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ST KILDA, CAMBRIDGE – COMPLETION OF AN AWARD WINNING DEVELOPMENT

INTRODUCTION

This development is the brainchild of the Father and Son partnership of Mike and Matt Smith and their Development Company Grantchester Farm Ltd. The parent property was operated as a small dairy operation and was dissected by the Waikato Expressway, leaving a portion within the Cambridge Town boundary and the larger balance of the property of approximately 80 ha on the Eastern side of the Expressway, left in the Rural Zone. Following a lengthy consultation period with Council and surrounding landowners a development concept was finally accepted for this 80 ha tract of land and a Plan Change promulgated to include a new St Kilda Structure Plan Area in 2009. The vision was to create an eco-friendly subdivision with strict building covenants in order to establish a high quality development and in turn, an attractive, liveable community.

​DEVELOPMENT CONCEPTS

The initial development concepts were for a Rural Residential type development given the Expressway separation of the existing residential development on the Western side of the Cambridge Bypass, however this was not supported by Council and a new concept of larger residential sections of a 1600m² average size was developed, which was finally accepted. The final design would also incorporate a small Commercial node and several Local Purpose Reserves surrounding new wetlands and stream environs. 

As the project evolved a portion of the land in the North – Eastern corner was purchased by BUPA and consent obtained for a small retirement village and care facility. Land Use Consent was also obtained for up to 5 duplex developments per stage to introduce a mix of higher density living.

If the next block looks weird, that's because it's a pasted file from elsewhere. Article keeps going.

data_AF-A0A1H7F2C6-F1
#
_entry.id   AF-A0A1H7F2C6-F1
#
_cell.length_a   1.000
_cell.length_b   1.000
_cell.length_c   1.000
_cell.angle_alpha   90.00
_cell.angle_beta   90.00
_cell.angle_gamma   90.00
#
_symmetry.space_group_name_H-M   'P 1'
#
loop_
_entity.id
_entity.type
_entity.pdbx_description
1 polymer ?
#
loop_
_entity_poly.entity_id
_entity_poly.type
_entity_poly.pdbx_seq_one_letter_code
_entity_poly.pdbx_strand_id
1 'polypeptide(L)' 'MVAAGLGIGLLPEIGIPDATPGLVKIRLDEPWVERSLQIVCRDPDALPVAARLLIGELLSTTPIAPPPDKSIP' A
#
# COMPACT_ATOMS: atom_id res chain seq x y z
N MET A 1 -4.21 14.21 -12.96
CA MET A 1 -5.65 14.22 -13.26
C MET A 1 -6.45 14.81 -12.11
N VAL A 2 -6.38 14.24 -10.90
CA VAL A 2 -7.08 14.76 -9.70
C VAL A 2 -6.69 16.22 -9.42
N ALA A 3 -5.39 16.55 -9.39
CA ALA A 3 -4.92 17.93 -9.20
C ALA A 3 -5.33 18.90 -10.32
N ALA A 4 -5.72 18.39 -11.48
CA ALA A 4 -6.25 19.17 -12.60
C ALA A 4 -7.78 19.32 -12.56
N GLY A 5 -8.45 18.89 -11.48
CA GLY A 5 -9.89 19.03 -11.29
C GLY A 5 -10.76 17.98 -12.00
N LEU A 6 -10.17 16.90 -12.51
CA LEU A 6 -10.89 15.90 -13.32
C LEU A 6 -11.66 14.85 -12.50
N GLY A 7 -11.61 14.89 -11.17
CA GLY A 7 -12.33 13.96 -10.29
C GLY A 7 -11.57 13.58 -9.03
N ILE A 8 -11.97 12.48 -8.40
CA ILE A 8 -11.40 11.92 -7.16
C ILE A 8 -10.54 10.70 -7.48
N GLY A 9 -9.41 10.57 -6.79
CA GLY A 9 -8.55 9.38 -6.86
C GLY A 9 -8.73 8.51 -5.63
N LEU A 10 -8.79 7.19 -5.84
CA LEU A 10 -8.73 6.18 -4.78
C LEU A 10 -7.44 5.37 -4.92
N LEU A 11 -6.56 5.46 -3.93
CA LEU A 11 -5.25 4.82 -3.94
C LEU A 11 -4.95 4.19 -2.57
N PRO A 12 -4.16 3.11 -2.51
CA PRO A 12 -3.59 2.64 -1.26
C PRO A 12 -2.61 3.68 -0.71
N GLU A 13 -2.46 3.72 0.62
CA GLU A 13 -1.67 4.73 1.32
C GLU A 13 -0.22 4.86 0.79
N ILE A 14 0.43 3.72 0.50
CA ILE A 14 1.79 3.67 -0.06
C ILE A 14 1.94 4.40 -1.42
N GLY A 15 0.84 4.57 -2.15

DEVELOPMENT REQUIREMENTS AND CONSTRAINTS

Transpower Infrastructure – A major development constraint was the major HV electricity feed and pylons that traversed the property to the Cambridge Sub Station, adjoining on the Northern boundary of the property. After extensive consultation and design work these lines were relocated underground and a small portion of land on a neighbouring property bought to house the termination structure required to convert the lines from overhead to underground along road alignments. This process included approximately 2 km of cable installed at a cost of approximately $6M.

Earthworks – Earthworks design was also carried out by Beca and a large Earthmoving Company ( C & R Developments ) was contracted to carry out these works. The project was one of the first to have machine control GPS on large excavators and this was a huge success given the intricate batter and wetland designs involved.

Stormwater Disposal – Beca Ltd were also employed to provide design services for infrastructure and the brief was to create hydraulic neutrality involving a mixture of onsite disposal methods and waterways to minimse the impacts of concentrated stormwater. The Mangaone Stream also traversed through the middle of the property and a proposal to divert this to an alignment along the Expressway boundary was included in the design process.

Two large wetlands were designed to hold and treat concentrated stormwater with secondary flows to the Stream. The largely flat contour of the site provided serious challenges to this design work.